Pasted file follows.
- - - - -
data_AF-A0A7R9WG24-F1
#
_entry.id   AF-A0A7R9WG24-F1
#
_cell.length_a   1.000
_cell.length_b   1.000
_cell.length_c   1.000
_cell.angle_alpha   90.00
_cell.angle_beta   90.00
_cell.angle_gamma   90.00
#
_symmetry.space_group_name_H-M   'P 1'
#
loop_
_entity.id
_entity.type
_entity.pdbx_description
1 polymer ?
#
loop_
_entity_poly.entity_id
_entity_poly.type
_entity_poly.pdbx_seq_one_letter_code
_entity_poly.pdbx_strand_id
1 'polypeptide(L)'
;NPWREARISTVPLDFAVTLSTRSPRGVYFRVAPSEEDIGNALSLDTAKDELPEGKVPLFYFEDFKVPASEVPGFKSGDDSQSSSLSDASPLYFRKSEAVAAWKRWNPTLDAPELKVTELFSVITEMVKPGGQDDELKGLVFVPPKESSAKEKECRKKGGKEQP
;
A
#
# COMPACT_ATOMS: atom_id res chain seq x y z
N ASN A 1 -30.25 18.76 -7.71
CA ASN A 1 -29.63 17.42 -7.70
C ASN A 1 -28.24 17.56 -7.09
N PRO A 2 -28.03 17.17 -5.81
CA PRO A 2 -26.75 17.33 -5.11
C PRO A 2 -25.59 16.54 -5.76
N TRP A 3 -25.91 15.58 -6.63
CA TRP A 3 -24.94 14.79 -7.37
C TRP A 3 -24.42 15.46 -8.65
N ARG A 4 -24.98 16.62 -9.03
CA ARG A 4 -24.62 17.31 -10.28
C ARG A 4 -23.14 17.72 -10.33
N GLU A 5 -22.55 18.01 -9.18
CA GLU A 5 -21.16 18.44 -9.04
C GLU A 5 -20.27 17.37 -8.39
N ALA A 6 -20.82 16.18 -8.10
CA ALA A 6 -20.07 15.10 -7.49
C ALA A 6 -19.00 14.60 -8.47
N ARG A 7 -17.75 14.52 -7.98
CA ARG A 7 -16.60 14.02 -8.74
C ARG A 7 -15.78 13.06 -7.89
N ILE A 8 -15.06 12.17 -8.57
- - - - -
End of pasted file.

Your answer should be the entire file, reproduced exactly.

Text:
data_AF-A0A7R9WG24-F1
#
_entry.id   AF-A0A7R9WG24-F1
#
_cell.length_a   1.000
_cell.length_b   1.000
_cell.length_c   1.000
_cell.angle_alpha   90.00
_cell.angle_beta   90.00
_cell.angle_gamma   90.00
#
_symmetry.space_group_name_H-M   'P 1'
#
loop_
_entity.id
_entity.type
_entity.pdbx_description
1 polymer ?
#
loop_
_entity_poly.entity_id
_entity_poly.type
_entity_poly.pdbx_seq_one_letter_code
_entity_poly.pdbx_strand_id
1 'polypeptide(L)'
;NPWREARISTVPLDFAVTLSTRSPRGVYFRVAPSEEDIGNALSLDTAKDELPEGKVPLFYFEDFKVPASEVPGFKSGDDSQSSSLSDASPLYFRKSEAVAAWKRWNPTLDAPELKVTELFSVITEMVKPGGQDDELKGLVFVPPKESSAKEKECRKKGGKEQP
;
A
#
# COMPACT_ATOMS: atom_id res chain seq x y z
N ASN A 1 -30.25 18.76 -7.71
CA ASN A 1 -29.63 17.42 -7.70
C ASN A 1 -28.24 17.56 -7.09
N PRO A 2 -28.03 17.17 -5.81
CA PRO A 2 -26.75 17.33 -5.11
C PRO A 2 -25.59 16.54 -5.76
N TRP A 3 -25.91 15.58 -6.63
CA TRP A 3 -24.94 14.79 -7.37
C TRP A 3 -24.42 15.46 -8.65
N ARG A 4 -24.98 16.62 -9.03
CA ARG A 4 -24.62 17.31 -10.28
C ARG A 4 -23.14 17.72 -10.33
N GLU A 5 -22.55 18.01 -9.18
CA GLU A 5 -21.16 18.44 -9.04
C GLU A 5 -20.27 17.37 -8.39
N ALA A 6 -20.82 16.18 -8.10
CA ALA A 6 -20.07 15.10 -7.49
C ALA A 6 -19.00 14.60 -8.47
N ARG A 7 -17.75 14.52 -7.98
CA ARG A 7 -16.60 14.02 -8.74
C ARG A 7 -15.78 13.06 -7.89
N ILE A 8 -15.06 12.17 -8.57